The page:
Choosing Not to Choose Is Choosing Not to Lead

October 9, 2008

Like the rest of the country, I have no doubt that my guy won Tuesday’s debate with John McCain.  Like David Broder, however, I was terribly disappointed with the lack of real answers from either candidate:

John McCain and Barack Obama have been asked twice — once in the Mississippi debate and again on Tuesday night — what their priorities would be. McCain flat-out refused to choose, arguing that the United States can do it all. Obama mentioned energy, health care and education, but did not acknowledge that he might have to choose among them.

Similarly, they declined to spell out what sacrifices they might have to ask Americans to make, beyond moderating their energy use or easing their demands for Washington-financed projects.

It was a stunning rejection of reality.

I keep telling myself that Obama is currently in the hands of the “professionals” who run campaigns for a living, and that those folks are convinced we’re ahead and don’t want to do anything rash.  But this guy is going to disappoint me monumentally if he doesn’t get brutally honest with the American people in his first 100 days, and tell us that we are going to have to make some sacrifices.  Again, Broder:

To govern is to choose, and next year, the trade-offs will be much tougher than usual because of the mess the Bush administration is leaving behind. At a moment when few Americans can muster much confidence in the leaders in Congress or the White House, McCain and Obama have used two of their three debates — three hours when they had the attention of millions of voters — to conceal more than they revealed about their agendas.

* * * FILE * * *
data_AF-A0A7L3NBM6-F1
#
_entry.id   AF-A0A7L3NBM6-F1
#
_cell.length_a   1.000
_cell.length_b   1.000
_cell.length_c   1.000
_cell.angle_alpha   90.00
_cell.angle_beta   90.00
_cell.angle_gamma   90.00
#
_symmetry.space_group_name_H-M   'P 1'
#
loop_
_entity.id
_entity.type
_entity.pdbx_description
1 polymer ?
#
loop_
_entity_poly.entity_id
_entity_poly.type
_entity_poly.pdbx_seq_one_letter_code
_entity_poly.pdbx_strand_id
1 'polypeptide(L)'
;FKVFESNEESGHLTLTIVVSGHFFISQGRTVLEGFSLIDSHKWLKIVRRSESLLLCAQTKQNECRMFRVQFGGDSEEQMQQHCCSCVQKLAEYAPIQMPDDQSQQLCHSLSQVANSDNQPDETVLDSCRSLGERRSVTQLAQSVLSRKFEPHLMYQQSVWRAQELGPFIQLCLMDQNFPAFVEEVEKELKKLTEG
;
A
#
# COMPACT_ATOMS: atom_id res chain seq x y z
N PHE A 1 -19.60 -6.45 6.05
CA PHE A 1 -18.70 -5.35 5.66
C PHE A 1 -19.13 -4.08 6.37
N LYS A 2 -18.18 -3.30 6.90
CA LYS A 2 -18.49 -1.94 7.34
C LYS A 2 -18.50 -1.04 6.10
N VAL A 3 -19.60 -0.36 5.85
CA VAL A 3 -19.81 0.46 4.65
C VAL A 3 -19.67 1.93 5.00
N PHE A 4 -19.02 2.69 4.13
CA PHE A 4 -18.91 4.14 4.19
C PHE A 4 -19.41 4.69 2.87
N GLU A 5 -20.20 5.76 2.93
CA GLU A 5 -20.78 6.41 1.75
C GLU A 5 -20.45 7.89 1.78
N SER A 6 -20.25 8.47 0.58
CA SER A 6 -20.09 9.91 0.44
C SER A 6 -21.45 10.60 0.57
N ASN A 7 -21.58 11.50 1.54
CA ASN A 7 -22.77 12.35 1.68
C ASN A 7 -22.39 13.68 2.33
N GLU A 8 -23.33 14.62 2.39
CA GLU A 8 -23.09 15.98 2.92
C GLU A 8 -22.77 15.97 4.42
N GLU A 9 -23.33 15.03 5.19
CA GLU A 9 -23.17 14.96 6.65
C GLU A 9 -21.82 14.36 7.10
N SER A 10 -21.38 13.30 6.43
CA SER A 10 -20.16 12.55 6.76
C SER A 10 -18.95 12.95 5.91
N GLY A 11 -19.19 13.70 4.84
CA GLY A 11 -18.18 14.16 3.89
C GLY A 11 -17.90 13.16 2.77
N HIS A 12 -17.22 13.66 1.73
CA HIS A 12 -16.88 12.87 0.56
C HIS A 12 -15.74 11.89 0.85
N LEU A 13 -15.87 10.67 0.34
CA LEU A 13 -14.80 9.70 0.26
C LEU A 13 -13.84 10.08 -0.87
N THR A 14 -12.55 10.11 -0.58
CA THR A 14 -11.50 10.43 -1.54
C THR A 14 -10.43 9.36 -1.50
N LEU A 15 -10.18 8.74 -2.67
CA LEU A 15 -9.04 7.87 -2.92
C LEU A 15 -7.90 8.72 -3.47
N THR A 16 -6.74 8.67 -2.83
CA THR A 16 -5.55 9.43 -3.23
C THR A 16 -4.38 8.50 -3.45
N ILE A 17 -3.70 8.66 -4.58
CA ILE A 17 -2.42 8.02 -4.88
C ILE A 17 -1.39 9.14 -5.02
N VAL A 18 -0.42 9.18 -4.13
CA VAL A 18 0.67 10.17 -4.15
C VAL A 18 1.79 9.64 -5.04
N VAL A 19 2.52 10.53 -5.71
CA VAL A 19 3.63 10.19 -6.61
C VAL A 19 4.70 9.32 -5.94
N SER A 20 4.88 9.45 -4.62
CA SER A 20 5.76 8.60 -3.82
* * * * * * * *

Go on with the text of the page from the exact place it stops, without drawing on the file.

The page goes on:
Smells Like Anything But Teen Spirit

September 26, 2008

I was nursing a bum knee on the couch through most of the day.  Through most of the day and, I might add, through a charmingly light, pain-pill-induced mist  (boy, can I see why the rich and intermittently employed hoard these babies).  As a result, I was witness to the full day of all-out BAILOUT coverage from (seemingly) every media outlet imaginable.  Appearing before me was an endless assortment of bloggers, talking heads, elected officials, and surrogates for both Presidential candidates (apparently, the McCain surrogates didn’t get his “suspension” memo).

The image that sticks is one of a continuous parade comprised of a single marching band precisely big enough to circle a city block, with no blank spots.  They just go round and round.  Every few minutes, you see the same people again.  And they are playing, over and over, the same song.  It’s hard to play a song with almost all percussion instruments and the occasional horn–the subtlty of woodwinds being absurdly out of the question.   But it *is* a song, nonetheless, and we’ve heard it before.  Why, it’s by Kurt Cobain, late of Nirvana  and unfortunately for us all, late of the planet.  No wonder I had momentary suicidal impulses all day–thought it was the pills.   Emphasis mine to show how I’d roll with it on a Karaoke stage:

I’m a liar, AND I’M FAMOUS

Here we are now, ENTERTAIN us

I feel stupid, AND CONTAGIOUS

Here we are now, ENTERTAIN US……

In a nod to multi-culturalism, Cobain goes on to discuss a libido, an albino, a mulatto, and a mosquito.  While I’m sure all of these and more were on display on Fox today, that may have been the mist talking, and none of them is critical to my point.